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thinking outside the tank

First impressions of Smashwords

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Yesterday I went through the process of publishing my story Mus musicus as an ebook on Smashwords. I’d read about them from my LinkedIn group ‘Tools of Change for Publishing’, which drew attention to their recent acquisition of the New Zealand-based digital book publisher BookHabit.

Smashwords Registration
The registration process was straightforward, requiring minimal initial details. This is followed by the arrival of an activation email to prove ownership of the email address.

Once logged in I was able to change a wide range of information about me and my account: personal profile, how I want to be contacted, how I want to be paid (most interesting), how much of my royalty do I want to share with affiliate members etc.  Most of these I’ve only just started to explore.

Read the Style Guide
The first thing you need to do is to read the Smashwords Style Guide which tells you how to prepare your ebook for submission. Essentially, you need to simplify your text in terms of its formatting and layout. The point is that ebooks don’t have page layout; the devices on which they are read need to be able to flow the text smoothly, screen by screen, and since these devices have screens that range in size from the largest computer monitor down to the smallest mobile phone, you can’t impose a page size on your book. It’s the same separation of content from presentation that makes CSS and XML so valuable.

The benefit you get from this is that Smashwords can deliver your text in the widest range of formats, making it available to the largest number of potential readers. The downside is that it’s advisable to keep a separate copy of the work if you want to preserve formatting for distribution through other channels. Editing multiple source documents is a nightmare. If I felt that Smashwords were the place to be then I would write new stories with the Style Guide in mind in order to minimise the rework. Mus musicus is about 25,000 words; I wouldn’t want to start from scratch preparing The Lord of the Rings.

Uploading your ebook
Uploading the book, which by the way needs to be a Microsoft Word document (.doc) or in Rich Text Format (.rtf), was very easy, and so was setting up the information about the book – the title, author, pitch, and price. It was a surprisingly quick job to have my book available in all of the following formats:

  • Epub (open format and the future of ebooks IMHO)
  • Kindle (.mobi)
  • LRF (for Sony reader)
  • PDF (where formatting is needed)
  • RTF (readable in word processors)
  • Palm Doc (PDB)
  • Plain Text
  • HTML and Javascript – for online reading

Smashwords provides a dashboard that lets you view, for each book you’ve uploaded, how many views and sample downloads there have been, and gives access to other details like: what has Google found out about you and your book. I’m now making it part of my daily routine to check the dashboard.

Marketing your ebook
Smashwords offer a platform for writers to showcase their ebooks. It’s up to the author, more than ever, to find the customers (partly that’s why I’ve tried to tempt you here 🙂 ). Typically, that means getting your digital assets working together: Twitter, blog, and Facebook should all advertise and link to your books.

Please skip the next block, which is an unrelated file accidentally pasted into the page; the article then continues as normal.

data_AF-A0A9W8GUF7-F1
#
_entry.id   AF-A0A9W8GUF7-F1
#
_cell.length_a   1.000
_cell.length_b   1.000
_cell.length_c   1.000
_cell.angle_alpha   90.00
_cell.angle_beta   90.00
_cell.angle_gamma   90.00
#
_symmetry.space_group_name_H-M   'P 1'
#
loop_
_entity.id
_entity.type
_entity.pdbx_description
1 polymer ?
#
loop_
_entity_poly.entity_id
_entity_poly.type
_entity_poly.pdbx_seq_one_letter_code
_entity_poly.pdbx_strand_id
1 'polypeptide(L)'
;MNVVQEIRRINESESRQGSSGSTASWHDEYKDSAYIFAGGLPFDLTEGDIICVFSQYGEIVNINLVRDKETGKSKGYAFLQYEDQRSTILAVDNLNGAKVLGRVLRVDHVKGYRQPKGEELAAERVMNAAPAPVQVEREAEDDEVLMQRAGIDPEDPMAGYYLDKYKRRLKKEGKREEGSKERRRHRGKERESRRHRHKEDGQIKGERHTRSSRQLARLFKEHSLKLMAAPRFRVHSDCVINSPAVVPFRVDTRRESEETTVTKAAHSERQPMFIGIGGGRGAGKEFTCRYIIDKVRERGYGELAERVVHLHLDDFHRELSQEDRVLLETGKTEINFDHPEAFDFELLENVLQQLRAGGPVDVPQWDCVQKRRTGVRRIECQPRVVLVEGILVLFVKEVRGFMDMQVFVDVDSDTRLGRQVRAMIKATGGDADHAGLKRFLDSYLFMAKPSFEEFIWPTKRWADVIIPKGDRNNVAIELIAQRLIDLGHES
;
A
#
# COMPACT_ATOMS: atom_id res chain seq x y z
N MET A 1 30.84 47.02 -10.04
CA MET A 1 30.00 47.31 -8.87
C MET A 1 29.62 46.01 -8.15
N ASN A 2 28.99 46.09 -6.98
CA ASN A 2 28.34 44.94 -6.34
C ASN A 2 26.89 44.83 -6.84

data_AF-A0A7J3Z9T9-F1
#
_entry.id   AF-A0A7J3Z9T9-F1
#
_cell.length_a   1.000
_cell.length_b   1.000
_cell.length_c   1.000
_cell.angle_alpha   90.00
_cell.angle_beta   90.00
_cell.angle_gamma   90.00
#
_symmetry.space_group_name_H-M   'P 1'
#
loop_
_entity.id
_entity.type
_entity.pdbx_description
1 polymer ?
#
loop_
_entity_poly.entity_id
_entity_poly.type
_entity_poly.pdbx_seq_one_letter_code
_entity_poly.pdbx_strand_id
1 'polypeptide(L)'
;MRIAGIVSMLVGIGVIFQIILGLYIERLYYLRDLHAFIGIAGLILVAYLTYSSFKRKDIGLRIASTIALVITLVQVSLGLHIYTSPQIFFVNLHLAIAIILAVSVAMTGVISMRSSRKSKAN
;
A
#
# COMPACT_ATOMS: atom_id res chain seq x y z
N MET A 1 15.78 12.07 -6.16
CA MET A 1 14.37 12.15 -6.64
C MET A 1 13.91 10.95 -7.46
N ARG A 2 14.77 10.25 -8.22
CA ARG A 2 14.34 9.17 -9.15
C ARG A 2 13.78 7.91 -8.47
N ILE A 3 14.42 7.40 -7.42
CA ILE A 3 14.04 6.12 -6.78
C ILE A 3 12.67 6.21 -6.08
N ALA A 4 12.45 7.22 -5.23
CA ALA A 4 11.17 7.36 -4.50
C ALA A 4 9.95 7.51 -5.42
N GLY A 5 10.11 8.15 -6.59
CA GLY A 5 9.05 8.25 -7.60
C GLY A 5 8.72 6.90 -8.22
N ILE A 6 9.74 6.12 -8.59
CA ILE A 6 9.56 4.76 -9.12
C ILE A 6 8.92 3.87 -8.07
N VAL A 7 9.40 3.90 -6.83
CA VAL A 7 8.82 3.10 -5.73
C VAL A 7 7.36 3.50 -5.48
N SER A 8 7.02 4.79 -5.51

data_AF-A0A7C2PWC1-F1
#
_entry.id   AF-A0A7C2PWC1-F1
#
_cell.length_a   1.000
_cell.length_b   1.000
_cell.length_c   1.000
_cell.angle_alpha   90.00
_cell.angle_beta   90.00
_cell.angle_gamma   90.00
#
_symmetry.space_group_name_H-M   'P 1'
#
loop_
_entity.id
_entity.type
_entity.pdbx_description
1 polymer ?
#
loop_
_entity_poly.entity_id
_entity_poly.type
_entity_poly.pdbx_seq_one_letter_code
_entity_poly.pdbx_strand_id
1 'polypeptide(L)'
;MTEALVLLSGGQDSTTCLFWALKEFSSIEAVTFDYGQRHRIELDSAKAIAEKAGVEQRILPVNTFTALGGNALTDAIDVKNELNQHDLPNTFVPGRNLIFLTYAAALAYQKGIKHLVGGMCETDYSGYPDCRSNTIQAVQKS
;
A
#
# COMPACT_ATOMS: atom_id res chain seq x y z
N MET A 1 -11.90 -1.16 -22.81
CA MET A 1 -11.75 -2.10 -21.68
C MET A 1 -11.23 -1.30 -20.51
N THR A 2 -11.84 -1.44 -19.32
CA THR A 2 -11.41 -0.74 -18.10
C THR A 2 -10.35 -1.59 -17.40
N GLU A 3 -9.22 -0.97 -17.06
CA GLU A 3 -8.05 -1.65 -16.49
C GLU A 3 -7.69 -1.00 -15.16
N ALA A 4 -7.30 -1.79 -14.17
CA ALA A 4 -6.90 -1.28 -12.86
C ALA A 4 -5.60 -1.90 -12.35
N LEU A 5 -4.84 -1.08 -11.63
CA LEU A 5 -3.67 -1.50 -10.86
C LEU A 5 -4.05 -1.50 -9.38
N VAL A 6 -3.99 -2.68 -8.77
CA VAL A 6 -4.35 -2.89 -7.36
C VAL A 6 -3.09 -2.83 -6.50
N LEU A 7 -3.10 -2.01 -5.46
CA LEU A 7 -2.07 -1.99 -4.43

Publishing is changing rapidly, so writers need to be aware of all of the possibilities for spreading their words. No longer do you need to find a literary agent to hawk your book around the conventional publishers. The big publishers, and they’re getting bigger all the time, are looking for the blockbuster successes that will sell millions, or at least hundreds of thousands. Sadly, that’s not what most of us are writing, so most people will never be picked up by a conventional publisher. At the other end of the scale, it’s getting much easier to handle the publication process independently.

Self-expression through writing and the sharing of opinions, ideas, and stories has never been easier, and never so popular. People blog, they micro-blog, and they SMS. These are all very fast and direct ways of saying what we think. Jane Austen, today, might have texted her girlfriend: ‘get the fax b4 U decide’ instead of writing Pride and Prejudice.

Many writers clearly believe that the short-story, the novel, and the epic trilogy are still valid ways of entertaining and educating, and of somehow staying afloat in this ocean of words. The abundance of writing creates many problems. There is huge competition for the attention of readers and always there is the search for quality. That’s the one thing the conventional publishers do well. By and large, they have done their marketing and they offer up attractive books from skilled writers that have been edited, reworked, revised, and edited again.

Smashwords is deliberately and openly non-exclusive. With few exceptions they will accept writing on their site, regardless of quality. It’s good that they don’t judge, but it doesn’t help the readers who want to spend more time enjoying words and less time searching for them. 

Are there business opportunities, then, for unemployed commissioning editors, copy editors, and media marketeers to create websites where the value they add is quality control and discernment?

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